The World Conference on Lung Cancer (WCLC), which was held virtually on 28-31 January, provided an opportunity for Janssen and Takeda to showcase their latest data investigating the use of their respective epidermal growth factor receptor (EGFR) targeting agents, amivantamab and mobocertinib. Both drugs are designed to treat patients harbouring tumours with EGFR exon 20 insertions mutations. The two drugs have distinct mechanisms of action, as Janssen’s amivantamab is a bispecific antibody targeting activating and resistance EGFR mutations and MET aberrations, while Takeda’s mobocertinib is a tyrosine kinase inhibitor (TKI) targeting EGFR exon 20 insertions specifically. There are currently no approved targeted therapies available for this mutation, indicating an unmet clinical need for this group of patients and representing an underserved aspect of the non-small cell lung cancer (NSCLC) market. Comparisons between the two agents indicate that Janssen currently has the edge over its competitor.

The recent news that Janssen has filed in the US and Europe suggests the drug will likely have first-mover advantage, and Takeda will likely follow swiftly if mobocertinib receives approval by the end of the year, as expected. Both received breakthrough designation status, which will expedite the process. A second advantage lies in the data. Although cross-trial comparisons should be treated with caution, amivantamab appears to have a marginal advantage, particularly when assessing key clinical endpoints and serious adverse events associated with treatment. In terms of progression-free survival (PFS), amivantamab had a median PFS of 8.3 months while mobocertinib had a median PFS of 7.3 months. The PFS benefit is similar, and a conclusion cannot be drawn due to the small patient population in each trial and the subsequent wide confidence intervals. Median overall survival (mOS) was 22.8 months with amivantamab, while the mOS data was not shown for mobocertinib. Furthermore, overall response rates were higher with amivantamab.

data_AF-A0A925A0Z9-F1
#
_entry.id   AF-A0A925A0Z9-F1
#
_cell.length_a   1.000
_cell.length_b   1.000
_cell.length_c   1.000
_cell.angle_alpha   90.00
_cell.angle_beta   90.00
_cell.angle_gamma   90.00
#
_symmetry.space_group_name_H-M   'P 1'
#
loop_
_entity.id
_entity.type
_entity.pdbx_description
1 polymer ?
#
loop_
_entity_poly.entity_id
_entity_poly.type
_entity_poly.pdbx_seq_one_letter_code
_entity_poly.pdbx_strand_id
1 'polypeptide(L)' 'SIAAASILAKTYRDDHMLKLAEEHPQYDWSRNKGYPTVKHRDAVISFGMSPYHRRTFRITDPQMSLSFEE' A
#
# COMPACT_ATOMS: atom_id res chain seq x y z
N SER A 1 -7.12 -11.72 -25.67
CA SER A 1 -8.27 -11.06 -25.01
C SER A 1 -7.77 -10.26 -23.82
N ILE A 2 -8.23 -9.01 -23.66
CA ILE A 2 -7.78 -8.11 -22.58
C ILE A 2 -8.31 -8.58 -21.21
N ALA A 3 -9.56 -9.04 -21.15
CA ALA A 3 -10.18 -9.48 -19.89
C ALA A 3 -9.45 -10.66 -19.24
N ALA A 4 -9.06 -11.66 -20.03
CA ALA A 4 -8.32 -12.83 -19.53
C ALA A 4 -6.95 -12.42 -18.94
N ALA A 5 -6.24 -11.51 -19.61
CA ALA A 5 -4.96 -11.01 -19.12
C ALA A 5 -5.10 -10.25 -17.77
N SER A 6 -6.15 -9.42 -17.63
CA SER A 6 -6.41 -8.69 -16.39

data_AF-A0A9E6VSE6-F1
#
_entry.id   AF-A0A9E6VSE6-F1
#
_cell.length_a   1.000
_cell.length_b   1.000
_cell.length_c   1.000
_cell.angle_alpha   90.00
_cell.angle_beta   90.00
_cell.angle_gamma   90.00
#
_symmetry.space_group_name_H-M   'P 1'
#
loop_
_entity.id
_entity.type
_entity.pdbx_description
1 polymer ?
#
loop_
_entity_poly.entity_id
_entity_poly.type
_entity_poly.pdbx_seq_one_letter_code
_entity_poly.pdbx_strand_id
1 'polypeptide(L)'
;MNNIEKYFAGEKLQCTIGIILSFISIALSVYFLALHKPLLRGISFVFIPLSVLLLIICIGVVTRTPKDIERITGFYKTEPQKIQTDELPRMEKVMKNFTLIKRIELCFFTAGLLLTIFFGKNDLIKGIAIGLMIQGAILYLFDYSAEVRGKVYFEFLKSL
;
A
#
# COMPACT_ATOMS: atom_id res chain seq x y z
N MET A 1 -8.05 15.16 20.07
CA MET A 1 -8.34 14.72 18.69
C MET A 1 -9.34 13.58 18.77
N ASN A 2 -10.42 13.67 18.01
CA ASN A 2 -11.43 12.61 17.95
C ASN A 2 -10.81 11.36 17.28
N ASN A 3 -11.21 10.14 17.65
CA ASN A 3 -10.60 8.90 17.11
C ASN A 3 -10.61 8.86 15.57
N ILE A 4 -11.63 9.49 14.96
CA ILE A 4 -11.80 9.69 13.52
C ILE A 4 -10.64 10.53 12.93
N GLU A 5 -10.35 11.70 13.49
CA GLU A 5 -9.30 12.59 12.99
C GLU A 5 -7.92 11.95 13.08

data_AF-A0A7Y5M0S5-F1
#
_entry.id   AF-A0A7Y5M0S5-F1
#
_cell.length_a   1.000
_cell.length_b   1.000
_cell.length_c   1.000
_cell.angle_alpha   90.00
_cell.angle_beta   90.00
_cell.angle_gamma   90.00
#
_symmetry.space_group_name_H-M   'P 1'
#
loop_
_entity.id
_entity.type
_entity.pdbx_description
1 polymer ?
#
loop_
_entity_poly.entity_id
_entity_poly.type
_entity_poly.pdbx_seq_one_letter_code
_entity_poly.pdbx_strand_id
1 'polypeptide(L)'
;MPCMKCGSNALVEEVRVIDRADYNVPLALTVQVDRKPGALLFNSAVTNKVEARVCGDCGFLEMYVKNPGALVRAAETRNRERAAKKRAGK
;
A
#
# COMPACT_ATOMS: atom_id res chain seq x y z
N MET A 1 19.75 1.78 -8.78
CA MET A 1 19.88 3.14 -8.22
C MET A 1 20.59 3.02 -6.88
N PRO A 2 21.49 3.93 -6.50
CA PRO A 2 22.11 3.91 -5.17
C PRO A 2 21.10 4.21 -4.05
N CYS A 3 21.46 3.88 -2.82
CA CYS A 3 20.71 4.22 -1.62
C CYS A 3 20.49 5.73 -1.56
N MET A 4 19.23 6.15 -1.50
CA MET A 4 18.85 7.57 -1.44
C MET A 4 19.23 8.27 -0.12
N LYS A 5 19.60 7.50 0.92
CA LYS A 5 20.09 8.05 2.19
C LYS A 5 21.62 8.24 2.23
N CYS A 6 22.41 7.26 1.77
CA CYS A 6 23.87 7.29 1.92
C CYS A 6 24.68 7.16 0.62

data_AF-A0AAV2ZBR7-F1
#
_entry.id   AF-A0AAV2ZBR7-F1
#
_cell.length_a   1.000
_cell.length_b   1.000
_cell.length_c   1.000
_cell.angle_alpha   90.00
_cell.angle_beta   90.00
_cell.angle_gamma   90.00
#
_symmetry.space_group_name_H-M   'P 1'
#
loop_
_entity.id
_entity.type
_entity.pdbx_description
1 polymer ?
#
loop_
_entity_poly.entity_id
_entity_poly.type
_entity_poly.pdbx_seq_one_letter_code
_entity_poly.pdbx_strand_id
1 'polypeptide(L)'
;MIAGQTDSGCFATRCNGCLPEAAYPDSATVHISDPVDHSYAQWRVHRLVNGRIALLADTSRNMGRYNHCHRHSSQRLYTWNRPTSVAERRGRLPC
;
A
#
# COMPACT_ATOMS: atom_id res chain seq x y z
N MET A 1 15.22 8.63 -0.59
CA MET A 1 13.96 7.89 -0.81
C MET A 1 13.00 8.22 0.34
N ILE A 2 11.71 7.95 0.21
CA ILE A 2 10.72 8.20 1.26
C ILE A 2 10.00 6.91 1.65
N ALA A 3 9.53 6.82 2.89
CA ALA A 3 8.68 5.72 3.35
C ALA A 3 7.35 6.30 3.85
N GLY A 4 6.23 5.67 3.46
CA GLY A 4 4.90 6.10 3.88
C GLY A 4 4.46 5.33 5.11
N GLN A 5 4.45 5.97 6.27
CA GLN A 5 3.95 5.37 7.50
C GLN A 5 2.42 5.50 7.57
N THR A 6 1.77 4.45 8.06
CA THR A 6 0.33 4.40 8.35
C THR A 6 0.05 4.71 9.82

The most pertinent differentiating factor between the two drugs is their safety profiles. Key opinion leaders interviewed by GlobalData indicate that the high prevalence of diarrhoea with mobocertinib treatment, which occurred in 90% of patients and as grade 3/4 events in 21% of patients, could dissuade physicians from using the drug. In contrast, severe adverse events with amivantamab were rarer or more manageable. A final advantage may lie in amivantamab’s mechanism of action, which acts by targeting two escape routes for therapeutic resistance: EGFR Exon 20 and MET. Mobocertinib only targets EGFR Exon 20. Currently available data are unable to establish the benefit of this combined approach, but the rationale for its benefit is clear, given the known link between MET amplification and EGFR-TKI based resistance. One advantage for mobocertinib is the route of administration, specifically that it is orally administered compared to amivantamab’s intravenous administration. This advantage may be particularly beneficial during the Covid-19 pandemic when convenient at-home administration is preferred.

The Exon 20 Insertion market will be established in 2021, and Janssen currently looks to have the advantage over Takeda. Takeda can minimise this advantage by providing clear instructions on how to manage or reduce severe adverse events associated with mobocertinib treatment.